But in my experience, the hysteria of the "far-right" direction of Europe is overblown, especially with recent comments over at Big Orange.  I was taken aback with the "oh noez, Europe is turning fascist because of the financial crises" comments and diaries.  That's why I mentioned the conjuring of ghosts as sensational headlines.

I just don't see that as the threat at this point in time here where I live.  I do see a willingness to believe in free markets as a bigger threat as it is more acceptable and even considered desirable.

Nevertheless, I do not advocating ignoring these groups, they need to have an eye kept on them and if they do anything illegal, prosecuted.  In the meantime, they to be continually discredited as they have in the past as you state in the diary.

"Schiller sprach zu Goethe, Steck in dem Arsch die Flöte! Goethe sagte zu Schiller, Mein Arsch ist kein Triller!"

by Jeffersonian Democrat (rzg6f@virginia.edu) on Thu Jun 11th, 2009 at 09:00:36 AM EST
the hysteria of the "far-right" direction of Europe is overblown, especially with recent comments over at Big Orange.  I was taken aback with the "oh noez, Europe is turning fascist because of the financial crises" comments and diaries.

Ah, I see where you come from. This is a regular occurence in US media/blogger commentary I confronted a few times, too. And in the current wave, I was similarly annoyed by recent articles trying to fit far-right developments into the single simple narrative of the economic crisis. It does play a role in some cases, but more in an indirect way.

*Lunatic*, n.
One whose delusions are out of fashion.

by DoDo on Thu Jun 11th, 2009 at 01:30:53 PM EST
[ Parent ]
One big difference is a full acceptance of the democratic process as the only way to effect change, and the idea that such changes are inherently reversible through the same means. That's what was key in the evolution of the Italian Communists, not their policy prescriptions. The European neolibs are fine on that account, the far right isn't.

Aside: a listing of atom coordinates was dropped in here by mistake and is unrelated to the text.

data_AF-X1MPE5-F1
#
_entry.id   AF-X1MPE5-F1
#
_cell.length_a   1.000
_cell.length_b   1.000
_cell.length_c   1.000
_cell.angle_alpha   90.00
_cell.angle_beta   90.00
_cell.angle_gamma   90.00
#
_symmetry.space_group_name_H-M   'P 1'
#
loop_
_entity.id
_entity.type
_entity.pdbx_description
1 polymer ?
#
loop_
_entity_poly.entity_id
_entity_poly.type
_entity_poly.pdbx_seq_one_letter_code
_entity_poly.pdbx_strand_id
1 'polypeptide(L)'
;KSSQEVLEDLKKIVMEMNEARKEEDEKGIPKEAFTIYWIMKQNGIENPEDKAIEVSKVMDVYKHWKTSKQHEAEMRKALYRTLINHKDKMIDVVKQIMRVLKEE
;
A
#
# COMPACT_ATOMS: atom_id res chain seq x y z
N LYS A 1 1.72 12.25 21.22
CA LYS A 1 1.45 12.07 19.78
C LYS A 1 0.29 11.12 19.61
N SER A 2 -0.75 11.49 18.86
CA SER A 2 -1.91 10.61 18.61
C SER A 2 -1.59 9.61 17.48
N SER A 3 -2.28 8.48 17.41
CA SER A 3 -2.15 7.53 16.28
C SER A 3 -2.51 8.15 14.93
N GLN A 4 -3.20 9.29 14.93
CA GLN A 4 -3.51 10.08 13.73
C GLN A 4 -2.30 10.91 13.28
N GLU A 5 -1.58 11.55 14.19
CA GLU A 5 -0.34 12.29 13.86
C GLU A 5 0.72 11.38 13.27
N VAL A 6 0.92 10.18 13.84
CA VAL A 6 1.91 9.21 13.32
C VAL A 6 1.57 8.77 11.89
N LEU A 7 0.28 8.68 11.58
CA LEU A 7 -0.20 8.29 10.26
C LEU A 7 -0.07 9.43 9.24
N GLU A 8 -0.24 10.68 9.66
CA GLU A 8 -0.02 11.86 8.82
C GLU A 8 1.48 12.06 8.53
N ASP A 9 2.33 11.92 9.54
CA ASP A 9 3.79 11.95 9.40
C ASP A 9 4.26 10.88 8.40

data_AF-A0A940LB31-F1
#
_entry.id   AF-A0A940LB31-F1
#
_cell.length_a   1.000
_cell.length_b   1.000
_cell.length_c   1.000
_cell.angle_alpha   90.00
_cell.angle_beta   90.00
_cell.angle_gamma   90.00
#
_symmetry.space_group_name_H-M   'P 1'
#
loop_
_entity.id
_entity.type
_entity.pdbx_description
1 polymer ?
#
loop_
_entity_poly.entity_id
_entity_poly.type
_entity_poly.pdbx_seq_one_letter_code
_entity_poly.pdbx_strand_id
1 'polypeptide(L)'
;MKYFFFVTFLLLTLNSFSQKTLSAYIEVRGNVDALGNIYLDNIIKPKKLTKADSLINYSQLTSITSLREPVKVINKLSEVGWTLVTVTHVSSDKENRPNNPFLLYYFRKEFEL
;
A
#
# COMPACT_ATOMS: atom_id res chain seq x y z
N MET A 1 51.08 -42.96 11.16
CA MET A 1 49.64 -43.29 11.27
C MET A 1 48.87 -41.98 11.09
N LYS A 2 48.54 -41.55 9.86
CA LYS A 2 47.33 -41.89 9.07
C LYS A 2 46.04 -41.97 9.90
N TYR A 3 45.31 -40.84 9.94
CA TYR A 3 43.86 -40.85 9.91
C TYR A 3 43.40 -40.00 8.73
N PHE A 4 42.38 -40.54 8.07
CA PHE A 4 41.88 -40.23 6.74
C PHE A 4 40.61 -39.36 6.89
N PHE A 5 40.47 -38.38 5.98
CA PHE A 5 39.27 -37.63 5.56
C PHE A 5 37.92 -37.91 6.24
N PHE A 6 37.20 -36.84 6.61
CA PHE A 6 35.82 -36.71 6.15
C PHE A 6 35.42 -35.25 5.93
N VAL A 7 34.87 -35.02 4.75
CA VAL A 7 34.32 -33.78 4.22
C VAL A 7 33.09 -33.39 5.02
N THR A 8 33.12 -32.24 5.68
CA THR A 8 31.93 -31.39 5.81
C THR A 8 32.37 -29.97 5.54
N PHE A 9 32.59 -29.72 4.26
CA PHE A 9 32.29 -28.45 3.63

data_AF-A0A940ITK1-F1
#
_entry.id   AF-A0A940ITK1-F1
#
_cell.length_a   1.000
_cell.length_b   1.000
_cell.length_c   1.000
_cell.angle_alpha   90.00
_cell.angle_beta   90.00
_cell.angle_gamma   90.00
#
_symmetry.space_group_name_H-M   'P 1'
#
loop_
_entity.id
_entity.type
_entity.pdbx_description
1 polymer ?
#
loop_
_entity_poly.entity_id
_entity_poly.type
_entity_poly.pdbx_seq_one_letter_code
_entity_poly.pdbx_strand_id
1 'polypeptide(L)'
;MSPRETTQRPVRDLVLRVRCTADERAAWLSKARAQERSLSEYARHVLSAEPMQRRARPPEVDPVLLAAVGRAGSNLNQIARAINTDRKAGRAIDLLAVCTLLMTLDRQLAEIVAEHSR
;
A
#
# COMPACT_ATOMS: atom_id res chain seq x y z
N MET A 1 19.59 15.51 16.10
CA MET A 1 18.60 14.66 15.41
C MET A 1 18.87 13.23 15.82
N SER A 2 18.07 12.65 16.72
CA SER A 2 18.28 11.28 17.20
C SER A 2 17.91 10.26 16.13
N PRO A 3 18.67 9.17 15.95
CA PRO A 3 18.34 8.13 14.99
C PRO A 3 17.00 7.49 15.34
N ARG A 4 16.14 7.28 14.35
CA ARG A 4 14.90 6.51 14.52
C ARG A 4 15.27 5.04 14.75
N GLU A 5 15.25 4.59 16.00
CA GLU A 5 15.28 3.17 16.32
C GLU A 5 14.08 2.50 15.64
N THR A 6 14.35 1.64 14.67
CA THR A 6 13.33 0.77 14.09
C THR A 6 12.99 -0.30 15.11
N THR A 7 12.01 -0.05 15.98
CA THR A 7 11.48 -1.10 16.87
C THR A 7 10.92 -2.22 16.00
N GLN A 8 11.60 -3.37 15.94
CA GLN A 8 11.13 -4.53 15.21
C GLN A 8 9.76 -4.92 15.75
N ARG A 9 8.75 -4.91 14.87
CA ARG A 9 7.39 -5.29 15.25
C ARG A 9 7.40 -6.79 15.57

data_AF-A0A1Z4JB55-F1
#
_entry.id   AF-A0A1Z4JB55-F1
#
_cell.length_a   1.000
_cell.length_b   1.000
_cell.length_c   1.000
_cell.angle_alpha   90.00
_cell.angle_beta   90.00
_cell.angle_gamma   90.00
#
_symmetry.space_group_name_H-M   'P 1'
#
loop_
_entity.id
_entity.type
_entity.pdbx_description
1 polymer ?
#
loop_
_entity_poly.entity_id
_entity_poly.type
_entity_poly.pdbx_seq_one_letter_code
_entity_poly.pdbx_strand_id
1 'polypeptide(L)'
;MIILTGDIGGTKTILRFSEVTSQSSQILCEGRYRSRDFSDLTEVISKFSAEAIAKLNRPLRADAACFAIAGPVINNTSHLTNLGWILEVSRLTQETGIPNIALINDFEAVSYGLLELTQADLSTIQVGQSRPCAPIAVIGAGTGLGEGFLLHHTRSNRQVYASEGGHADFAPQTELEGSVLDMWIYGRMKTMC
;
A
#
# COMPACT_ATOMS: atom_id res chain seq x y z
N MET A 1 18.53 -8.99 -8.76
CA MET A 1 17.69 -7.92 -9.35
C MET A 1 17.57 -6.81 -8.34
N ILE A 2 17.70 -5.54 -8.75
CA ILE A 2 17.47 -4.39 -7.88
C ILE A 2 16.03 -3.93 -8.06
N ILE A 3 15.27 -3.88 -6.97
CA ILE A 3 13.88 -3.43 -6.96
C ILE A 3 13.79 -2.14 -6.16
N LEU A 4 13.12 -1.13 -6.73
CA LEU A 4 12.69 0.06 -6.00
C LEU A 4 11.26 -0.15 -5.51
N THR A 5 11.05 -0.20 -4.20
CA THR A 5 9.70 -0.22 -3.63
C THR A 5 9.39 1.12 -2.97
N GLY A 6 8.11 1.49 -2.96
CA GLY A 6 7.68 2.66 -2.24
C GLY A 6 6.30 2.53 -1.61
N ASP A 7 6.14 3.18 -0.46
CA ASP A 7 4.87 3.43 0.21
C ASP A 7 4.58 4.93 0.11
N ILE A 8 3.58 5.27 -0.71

Also a quibble-clarification. When the East European right talks about the evil liberals they mean it in both the American sense with respect to non economic issues, and in the European 'neoliberal' one for economics.

by MarekNYC on Thu Jun 11th, 2009 at 09:10:06 AM EST
On your first point, I agree overall; however, I do not think that neolibs think that the democratic process is the only way to effect change. They accept election results and don't apply violence; but the There Is No Alternative meme is very strong. They argue for (when in opposition) or attempt to implement (when in government) policies against electoral promises or (wide) public opinion majorities. This is a crucial point in their view on referenda, too (e.g. they oppose referenda as something preventing the government from doing what it wants or as an outlet for demagogues and stupid plebs when it affects a liberalising economic reform).

On your quibble-clarification, I should have stated that myself -- it's obvious for us two but neither for Western Europeans nor for Americans.

*Lunatic*, n.
One whose delusions are out of fashion.

by DoDo on Thu Jun 11th, 2009 at 01:25:12 PM EST
[ Parent ]
I don't really see the difference between the criticisms you address towards the neolibs and the behaviour of the SD's in promoting the welfare state in the postwar period - TINA, institutionalization, delegtimization, and last, but really not least what could be called 'disaster social democracy' - the exploitation of the ur-disasters of twentieth century Europe to push radical socio-economic change (WWI, Communism, fascism, Great Depression, WWII). And I also don't really see these practices as somehow beyond the normal democratic game. The key difference between the neolibs is an acceptance of democratic legitimacy when push comes to shove. That's something you don't have with the extreme right nor with the classical communist movement.